Jake holds a degree in Psychology from Pomona College and a Master's degree in Global Health with a focus in environmental health from Trinity College, University of Dublin.
Alex works at the interstice of environmental conservation, climate change, and human well-being using visual story-telling, research, and planning. Prior to joining the Adaptation International team, Alex’s work included collaborations with National Geographic Expeditions, the U.S. Department of Defense, the American Society of Adaptation Professionals, and the U.S. Department of Transportation. Most recently, his work has focused on environment and development issues on Tribal lands, specifically with the Three Affiliated Tribes in North Dakota and research on cattle, rangeland, and climate change for the Upper Snake River Tribes Foundation. He holds a Master’s in the Human Dimensions of Natural Resources and a Bachelor’s in Biology, both from Colorado State University.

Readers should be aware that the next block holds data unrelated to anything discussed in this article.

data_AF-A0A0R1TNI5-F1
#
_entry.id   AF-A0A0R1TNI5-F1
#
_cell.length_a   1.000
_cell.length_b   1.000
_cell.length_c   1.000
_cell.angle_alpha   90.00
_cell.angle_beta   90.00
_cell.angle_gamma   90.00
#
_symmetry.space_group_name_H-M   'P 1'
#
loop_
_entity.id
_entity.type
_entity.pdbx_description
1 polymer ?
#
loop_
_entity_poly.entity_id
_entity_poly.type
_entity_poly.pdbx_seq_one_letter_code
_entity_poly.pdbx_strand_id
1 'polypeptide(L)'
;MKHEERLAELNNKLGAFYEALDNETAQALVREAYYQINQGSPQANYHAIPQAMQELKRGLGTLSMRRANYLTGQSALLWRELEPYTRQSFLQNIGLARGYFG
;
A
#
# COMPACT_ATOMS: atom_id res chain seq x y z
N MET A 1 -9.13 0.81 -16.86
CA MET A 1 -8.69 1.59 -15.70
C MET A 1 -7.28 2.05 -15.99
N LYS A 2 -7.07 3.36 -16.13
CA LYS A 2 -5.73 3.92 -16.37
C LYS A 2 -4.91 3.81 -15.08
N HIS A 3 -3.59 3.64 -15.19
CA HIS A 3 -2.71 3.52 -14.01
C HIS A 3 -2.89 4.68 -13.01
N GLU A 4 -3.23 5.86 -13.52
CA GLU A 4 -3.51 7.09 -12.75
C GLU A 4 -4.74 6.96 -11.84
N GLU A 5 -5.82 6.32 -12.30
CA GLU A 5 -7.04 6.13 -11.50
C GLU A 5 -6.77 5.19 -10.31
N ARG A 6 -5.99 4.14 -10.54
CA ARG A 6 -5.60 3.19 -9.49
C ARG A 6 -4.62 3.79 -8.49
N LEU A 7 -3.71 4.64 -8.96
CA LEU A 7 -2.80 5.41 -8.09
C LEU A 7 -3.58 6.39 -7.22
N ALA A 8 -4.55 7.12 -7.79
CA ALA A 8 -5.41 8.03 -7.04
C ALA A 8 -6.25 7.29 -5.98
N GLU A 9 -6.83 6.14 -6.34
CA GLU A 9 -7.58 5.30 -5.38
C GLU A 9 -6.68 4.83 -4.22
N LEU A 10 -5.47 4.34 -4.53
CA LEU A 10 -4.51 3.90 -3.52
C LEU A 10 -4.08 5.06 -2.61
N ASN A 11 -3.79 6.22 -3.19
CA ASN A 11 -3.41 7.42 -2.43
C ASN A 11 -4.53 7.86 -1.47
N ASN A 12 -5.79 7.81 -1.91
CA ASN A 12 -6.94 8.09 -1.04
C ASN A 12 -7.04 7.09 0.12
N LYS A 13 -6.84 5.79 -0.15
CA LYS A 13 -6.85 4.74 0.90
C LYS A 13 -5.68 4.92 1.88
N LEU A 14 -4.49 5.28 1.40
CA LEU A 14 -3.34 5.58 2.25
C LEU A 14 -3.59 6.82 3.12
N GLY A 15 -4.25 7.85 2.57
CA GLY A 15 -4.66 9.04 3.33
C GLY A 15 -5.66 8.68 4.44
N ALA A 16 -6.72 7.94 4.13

Nyssa is currently identifying and communicating climate-related risks and possible adaptation strategies for coastal flooding and sea-level rise for the Town of Corte Madera. She is providing support and assistance on work with Eagle County and with the Shoshone-Paiute, Lac de Flambeau, Lower Elwha, and Pueblo of Laguna Tribes. She is also finishing up work in Alaska with the U.S. Geological Survey as an Alaska Sea Grant Fellow, where she has focused her work on ways in which the USGS can make its research more accessible and useful for decision-makers and communicate programmatic successes and impacts in science delivery. Her previous experiences includes working with the Alaska Department of Fish and Game throughout Western Alaska as a fisheries research biologist.
Nyssa holds a Master’s in Marine Affairs and Certificate in Climate Science and Communication from the School of Marine and Environmental Affairs at the University of Washington and a Bachelor’s in Environmental Science and Policy from Duke University.